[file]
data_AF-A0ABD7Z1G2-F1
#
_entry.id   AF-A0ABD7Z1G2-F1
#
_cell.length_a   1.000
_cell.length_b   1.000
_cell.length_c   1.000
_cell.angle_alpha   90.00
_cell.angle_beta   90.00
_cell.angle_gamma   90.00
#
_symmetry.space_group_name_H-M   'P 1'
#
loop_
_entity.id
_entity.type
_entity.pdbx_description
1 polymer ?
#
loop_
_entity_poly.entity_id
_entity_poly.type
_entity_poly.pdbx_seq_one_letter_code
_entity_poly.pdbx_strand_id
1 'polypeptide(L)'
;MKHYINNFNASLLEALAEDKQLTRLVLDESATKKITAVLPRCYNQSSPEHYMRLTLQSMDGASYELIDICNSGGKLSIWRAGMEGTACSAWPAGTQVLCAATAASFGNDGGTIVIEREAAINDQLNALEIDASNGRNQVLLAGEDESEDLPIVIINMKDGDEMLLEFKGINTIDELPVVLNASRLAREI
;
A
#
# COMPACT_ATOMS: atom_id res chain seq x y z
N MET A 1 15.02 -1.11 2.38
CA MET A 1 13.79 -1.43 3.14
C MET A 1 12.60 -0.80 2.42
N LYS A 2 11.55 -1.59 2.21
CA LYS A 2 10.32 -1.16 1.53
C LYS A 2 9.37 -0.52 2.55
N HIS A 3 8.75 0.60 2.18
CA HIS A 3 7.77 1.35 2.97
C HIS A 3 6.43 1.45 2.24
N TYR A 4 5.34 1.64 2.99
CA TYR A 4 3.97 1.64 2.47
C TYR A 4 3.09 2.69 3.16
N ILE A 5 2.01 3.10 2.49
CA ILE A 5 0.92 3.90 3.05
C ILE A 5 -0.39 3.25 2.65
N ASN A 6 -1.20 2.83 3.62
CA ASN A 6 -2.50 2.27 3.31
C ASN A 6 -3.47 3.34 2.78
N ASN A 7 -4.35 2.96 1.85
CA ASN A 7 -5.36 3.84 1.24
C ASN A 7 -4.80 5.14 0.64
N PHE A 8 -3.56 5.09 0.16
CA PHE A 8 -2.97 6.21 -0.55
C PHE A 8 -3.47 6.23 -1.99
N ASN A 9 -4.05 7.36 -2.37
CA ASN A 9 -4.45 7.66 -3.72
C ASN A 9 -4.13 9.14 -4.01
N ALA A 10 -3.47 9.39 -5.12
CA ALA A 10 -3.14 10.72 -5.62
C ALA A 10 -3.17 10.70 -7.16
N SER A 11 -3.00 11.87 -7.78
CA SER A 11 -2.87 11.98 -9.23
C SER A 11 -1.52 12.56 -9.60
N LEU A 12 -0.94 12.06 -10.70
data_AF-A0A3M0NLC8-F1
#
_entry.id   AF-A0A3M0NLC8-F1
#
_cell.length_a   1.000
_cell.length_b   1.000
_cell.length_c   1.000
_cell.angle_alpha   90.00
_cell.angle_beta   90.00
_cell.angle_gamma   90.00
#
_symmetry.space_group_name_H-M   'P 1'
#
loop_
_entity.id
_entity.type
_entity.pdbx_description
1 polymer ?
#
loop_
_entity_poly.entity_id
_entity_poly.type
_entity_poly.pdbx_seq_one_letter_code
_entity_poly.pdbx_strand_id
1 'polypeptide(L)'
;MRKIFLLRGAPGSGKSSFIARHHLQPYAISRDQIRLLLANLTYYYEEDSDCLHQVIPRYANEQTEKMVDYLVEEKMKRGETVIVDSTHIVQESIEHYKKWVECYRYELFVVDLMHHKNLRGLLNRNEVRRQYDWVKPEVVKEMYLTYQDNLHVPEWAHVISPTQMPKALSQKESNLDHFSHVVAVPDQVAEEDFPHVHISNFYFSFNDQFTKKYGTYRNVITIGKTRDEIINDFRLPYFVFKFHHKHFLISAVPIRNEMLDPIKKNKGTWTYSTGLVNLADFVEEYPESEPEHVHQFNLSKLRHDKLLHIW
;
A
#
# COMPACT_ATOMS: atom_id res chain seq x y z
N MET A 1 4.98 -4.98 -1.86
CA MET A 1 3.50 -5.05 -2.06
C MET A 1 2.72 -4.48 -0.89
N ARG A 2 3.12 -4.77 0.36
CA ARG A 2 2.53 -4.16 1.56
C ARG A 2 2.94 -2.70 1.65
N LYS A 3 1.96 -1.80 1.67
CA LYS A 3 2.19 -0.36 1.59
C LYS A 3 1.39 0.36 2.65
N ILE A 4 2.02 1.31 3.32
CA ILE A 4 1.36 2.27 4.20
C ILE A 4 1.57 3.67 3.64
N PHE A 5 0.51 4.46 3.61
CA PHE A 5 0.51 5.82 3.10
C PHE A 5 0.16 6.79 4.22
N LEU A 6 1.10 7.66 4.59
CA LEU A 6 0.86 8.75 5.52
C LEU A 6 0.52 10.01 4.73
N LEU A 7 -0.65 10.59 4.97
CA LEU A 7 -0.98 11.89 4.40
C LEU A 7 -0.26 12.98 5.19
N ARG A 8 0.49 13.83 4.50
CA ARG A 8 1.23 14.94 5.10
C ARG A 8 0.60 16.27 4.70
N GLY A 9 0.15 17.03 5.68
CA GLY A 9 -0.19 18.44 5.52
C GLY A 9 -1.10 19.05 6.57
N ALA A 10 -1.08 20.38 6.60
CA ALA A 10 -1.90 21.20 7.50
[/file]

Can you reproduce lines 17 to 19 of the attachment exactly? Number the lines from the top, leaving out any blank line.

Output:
_entity.pdbx_description
1 polymer ?
#